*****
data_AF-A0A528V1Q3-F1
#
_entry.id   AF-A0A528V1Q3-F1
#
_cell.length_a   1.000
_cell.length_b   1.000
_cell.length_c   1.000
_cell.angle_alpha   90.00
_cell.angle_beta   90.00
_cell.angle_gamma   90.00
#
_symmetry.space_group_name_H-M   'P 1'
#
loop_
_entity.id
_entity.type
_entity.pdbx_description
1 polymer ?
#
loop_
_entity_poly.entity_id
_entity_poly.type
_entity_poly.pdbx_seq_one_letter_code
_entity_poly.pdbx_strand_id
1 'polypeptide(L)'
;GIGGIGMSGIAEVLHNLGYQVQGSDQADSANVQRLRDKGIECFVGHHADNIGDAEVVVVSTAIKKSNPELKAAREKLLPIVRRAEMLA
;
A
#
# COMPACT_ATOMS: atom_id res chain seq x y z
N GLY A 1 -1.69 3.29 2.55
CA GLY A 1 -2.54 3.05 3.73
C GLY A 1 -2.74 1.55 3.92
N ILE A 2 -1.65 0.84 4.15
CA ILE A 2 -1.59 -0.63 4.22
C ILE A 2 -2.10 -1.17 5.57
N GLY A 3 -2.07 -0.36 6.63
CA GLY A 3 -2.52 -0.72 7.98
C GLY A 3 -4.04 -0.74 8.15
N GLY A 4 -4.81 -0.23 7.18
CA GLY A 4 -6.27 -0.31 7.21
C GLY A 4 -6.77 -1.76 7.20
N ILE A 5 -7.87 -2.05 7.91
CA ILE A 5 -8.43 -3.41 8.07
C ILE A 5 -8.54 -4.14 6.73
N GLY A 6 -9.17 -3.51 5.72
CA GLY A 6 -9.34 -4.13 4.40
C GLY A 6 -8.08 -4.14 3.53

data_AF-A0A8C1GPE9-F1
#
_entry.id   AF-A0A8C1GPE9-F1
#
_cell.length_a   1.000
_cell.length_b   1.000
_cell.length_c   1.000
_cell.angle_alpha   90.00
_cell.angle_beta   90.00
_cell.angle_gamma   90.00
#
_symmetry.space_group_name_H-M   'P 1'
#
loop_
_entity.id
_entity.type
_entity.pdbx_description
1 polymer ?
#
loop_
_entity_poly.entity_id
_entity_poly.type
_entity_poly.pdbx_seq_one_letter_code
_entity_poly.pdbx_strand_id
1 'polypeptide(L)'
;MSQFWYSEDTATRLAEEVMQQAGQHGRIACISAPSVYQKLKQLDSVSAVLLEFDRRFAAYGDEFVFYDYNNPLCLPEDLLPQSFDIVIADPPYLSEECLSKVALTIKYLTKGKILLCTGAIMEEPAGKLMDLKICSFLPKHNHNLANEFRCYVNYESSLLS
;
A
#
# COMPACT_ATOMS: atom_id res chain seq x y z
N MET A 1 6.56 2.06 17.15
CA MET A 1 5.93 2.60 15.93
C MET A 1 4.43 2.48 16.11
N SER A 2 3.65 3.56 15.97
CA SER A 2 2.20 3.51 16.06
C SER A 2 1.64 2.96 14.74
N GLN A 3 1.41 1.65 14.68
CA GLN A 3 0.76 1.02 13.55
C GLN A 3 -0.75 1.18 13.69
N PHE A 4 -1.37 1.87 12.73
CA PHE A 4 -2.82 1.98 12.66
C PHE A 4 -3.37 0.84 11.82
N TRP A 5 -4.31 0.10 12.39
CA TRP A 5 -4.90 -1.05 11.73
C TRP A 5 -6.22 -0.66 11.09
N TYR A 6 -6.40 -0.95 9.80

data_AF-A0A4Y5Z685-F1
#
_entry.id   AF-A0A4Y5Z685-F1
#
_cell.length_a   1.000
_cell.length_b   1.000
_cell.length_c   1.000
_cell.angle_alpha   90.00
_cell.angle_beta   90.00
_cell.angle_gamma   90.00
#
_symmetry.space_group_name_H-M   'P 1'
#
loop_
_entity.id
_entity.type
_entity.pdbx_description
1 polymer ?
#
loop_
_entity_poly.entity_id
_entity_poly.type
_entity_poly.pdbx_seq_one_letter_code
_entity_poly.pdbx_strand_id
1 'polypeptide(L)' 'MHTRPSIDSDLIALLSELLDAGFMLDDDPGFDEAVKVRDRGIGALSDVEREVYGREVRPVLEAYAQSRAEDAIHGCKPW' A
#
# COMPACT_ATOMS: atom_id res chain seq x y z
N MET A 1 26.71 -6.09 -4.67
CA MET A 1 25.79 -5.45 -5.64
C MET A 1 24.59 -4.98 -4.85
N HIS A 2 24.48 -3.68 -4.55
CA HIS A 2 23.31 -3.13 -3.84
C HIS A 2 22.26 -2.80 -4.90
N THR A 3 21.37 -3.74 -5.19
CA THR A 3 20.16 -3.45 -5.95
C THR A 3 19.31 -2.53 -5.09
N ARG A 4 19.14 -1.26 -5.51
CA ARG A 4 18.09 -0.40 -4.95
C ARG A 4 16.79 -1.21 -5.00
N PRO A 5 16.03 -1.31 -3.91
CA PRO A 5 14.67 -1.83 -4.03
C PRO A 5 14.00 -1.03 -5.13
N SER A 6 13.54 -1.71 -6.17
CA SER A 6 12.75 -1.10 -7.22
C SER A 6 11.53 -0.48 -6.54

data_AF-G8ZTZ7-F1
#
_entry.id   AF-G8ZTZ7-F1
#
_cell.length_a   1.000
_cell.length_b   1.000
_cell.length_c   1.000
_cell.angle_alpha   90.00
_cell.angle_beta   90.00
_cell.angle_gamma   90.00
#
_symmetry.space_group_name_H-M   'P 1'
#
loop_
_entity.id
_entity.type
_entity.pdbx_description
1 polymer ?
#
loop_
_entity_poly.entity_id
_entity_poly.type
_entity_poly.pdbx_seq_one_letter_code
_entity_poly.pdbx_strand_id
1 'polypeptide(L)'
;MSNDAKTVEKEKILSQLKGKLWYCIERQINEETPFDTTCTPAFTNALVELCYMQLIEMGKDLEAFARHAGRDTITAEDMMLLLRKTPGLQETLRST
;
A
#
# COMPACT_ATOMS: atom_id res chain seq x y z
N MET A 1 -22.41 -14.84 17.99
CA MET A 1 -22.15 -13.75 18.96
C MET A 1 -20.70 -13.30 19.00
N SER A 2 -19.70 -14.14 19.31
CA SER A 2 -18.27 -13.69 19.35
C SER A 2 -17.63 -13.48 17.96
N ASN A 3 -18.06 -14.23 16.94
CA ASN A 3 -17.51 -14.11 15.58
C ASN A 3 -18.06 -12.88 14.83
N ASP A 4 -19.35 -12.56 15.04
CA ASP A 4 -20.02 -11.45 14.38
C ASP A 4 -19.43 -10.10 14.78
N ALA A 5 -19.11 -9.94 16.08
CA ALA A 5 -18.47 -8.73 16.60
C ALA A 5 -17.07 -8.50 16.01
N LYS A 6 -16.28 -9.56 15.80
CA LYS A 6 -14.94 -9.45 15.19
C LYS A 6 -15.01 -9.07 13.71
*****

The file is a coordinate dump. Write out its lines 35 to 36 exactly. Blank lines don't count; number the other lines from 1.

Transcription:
CA ILE A 2 -1.59 -0.63 4.22
C ILE A 2 -2.10 -1.17 5.57